Your credit score is a three-digit number that can determine a lot. Credit scores are calculated using a number of factors. On-time payments, the number of credit cards you have and the balances they carry, and the length of your credit history are just a few of those factors. Your credit score is used to determine your qualifications for loans, credit cards, apartments, and many other things, so it’s important to know your score and what it means.

What is a good credit score? If you look at five different websites, you will likely get five different answers to this question. These varying answers occur because each lender has a different definition of “good credit” and places varying importance on the factors they consider when determining if they will lend to you. Below are the FICO® Score Ranges and how the scores are calculated by Experian:

Credit Score Chart

Credit Score Composition
35% Payment history
30% Amounts owed on credit and debt
15% Length of credit history
10% New credit
10% Types of credit used

As you can see, the higher the credit score, the less likely that person is to become delinquent on any loans in the future. Lenders take this, among other things, into consideration when determining how much risk they will take on by loaning you money. If you are a low risk for the lender, you are more likely to get a better interest rate on your loan.

Who checks my credit? You might be surprised that banks and credit card institutions aren’t the only entities that use your credit history to make decisions. In most cases, you must give consent for a party to check your credit, but your permission is not always required. Landlords, current or future employers, insurance companies, mobile service providers, utility companies, as well as television and internet providers may use your credit to decide whether or not do to business with you. While some businesses, like public utility companies, cannot deny you service for having poor credit, they might require you to pay a deposit before turning on your service.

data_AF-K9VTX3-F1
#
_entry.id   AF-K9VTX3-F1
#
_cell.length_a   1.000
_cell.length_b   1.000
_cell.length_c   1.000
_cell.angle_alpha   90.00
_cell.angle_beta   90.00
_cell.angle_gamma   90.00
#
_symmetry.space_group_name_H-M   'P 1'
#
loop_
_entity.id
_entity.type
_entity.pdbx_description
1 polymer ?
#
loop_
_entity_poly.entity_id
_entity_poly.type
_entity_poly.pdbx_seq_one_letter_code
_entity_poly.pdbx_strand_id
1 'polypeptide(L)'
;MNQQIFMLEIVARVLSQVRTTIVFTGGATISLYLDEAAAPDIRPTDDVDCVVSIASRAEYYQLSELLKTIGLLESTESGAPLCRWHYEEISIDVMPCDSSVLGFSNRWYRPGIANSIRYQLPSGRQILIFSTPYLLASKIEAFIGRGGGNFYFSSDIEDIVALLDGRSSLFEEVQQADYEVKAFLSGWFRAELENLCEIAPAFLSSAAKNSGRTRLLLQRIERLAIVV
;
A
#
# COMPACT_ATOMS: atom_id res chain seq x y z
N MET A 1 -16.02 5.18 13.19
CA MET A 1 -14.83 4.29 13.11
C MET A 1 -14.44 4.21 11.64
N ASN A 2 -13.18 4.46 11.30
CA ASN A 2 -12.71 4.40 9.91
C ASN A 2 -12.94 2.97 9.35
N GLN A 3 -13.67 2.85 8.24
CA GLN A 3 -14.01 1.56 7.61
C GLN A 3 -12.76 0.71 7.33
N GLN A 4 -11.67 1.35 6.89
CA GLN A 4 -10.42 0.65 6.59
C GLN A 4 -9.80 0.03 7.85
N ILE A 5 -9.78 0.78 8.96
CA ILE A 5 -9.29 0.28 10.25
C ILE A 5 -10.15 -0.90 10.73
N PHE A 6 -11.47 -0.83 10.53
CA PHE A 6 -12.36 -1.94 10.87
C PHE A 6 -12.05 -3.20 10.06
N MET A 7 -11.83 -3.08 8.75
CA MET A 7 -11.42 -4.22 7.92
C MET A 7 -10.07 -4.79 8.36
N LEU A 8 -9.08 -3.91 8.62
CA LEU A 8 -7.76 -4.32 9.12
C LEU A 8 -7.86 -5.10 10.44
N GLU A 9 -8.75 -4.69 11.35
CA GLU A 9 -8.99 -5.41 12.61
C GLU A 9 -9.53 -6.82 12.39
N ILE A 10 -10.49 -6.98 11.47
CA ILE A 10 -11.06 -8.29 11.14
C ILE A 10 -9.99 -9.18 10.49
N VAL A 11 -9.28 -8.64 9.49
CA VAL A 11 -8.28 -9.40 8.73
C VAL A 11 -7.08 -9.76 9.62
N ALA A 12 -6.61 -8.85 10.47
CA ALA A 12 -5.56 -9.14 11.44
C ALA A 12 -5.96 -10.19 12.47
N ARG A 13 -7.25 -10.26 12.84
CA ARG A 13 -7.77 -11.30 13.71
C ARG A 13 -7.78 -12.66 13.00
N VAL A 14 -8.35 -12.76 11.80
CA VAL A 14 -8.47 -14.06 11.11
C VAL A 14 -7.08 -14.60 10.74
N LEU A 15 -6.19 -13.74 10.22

How do I check my credit score? You are allowed one free credit report every 12 months from each of the three credit reporting agencies (Equifax, Experian, and TransUnion). Visit to request your free credit reports. If you want to monitor your credit more frequently, sites like Credit Karma will offer you free credit scores, reports, and recommendations to maintain or better your credit.

How do I attain and keep a good credit score? Improving your credit score is a long, ongoing process. When it comes to credit cards, you should pay down your balances and keep them low. Your score can also benefit from reducing the amount of credit cards you use to just one or two cards. To keep your credit score high, make sure you make all of your monthly payments on time, pay off your credit cards in full every month, work hard to reduce any debt that you owe, and only spend the money you’ve earned.

Credit will play an important role in financial decisions throughout your life, and while it’s possible to rebuild a poor credit score, it can take years and a lot of planning. When you begin establishing credit, make sure you are making responsible financial decisions to avoid having a poor decision now, affect your opportunities later in life.

Written By: Amanda Davis